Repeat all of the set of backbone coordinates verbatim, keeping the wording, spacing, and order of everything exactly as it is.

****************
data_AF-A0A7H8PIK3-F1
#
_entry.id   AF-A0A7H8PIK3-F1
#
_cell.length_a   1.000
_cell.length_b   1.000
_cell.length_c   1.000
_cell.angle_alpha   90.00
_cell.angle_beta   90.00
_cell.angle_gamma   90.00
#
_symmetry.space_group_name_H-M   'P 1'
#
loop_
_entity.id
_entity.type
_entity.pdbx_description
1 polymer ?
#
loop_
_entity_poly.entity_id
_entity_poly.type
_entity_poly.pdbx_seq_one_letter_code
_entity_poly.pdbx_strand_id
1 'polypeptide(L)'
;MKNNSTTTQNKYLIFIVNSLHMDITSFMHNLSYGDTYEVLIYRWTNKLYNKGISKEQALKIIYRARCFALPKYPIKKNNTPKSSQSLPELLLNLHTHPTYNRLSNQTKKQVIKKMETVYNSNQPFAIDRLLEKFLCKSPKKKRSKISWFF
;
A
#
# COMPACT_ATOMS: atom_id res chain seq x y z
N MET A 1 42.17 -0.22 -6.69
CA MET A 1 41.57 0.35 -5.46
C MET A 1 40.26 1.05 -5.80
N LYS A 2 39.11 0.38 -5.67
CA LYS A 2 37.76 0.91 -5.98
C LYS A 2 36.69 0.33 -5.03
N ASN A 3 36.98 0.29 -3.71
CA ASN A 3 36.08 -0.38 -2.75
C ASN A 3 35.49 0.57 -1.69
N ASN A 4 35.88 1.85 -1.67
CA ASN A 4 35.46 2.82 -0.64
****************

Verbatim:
data_AF-A0A7H8PIK3-F1
#
_entry.id   AF-A0A7H8PIK3-F1
#
_cell.length_a   1.000
_cell.length_b   1.000
_cell.length_c   1.000
_cell.angle_alpha   90.00
_cell.angle_beta   90.00
_cell.angle_gamma   90.00
#
_symmetry.space_group_name_H-M   'P 1'
#
loop_
_entity.id
_entity.type
_entity.pdbx_description
1 polymer ?
#
loop_
_entity_poly.entity_id
_entity_poly.type
_entity_poly.pdbx_seq_one_letter_code
_entity_poly.pdbx_strand_id
1 'polypeptide(L)'
;MKNNSTTTQNKYLIFIVNSLHMDITSFMHNLSYGDTYEVLIYRWTNKLYNKGISKEQALKIIYRARCFALPKYPIKKNNTPKSSQSLPELLLNLHTHPTYNRLSNQTKKQVIKKMETVYNSNQPFAIDRLLEKFLCKSPKKKRSKISWFF
;
A
#
# COMPACT_ATOMS: atom_id res chain seq x y z
N MET A 1 42.17 -0.22 -6.69
CA MET A 1 41.57 0.35 -5.46
C MET A 1 40.26 1.05 -5.80
N LYS A 2 39.11 0.38 -5.67
CA LYS A 2 37.76 0.91 -5.98
C LYS A 2 36.69 0.33 -5.03
N ASN A 3 36.98 0.29 -3.71
CA ASN A 3 36.08 -0.38 -2.75
C ASN A 3 35.49 0.57 -1.69
N ASN A 4 35.88 1.85 -1.67
CA ASN A 4 35.46 2.82 -0.64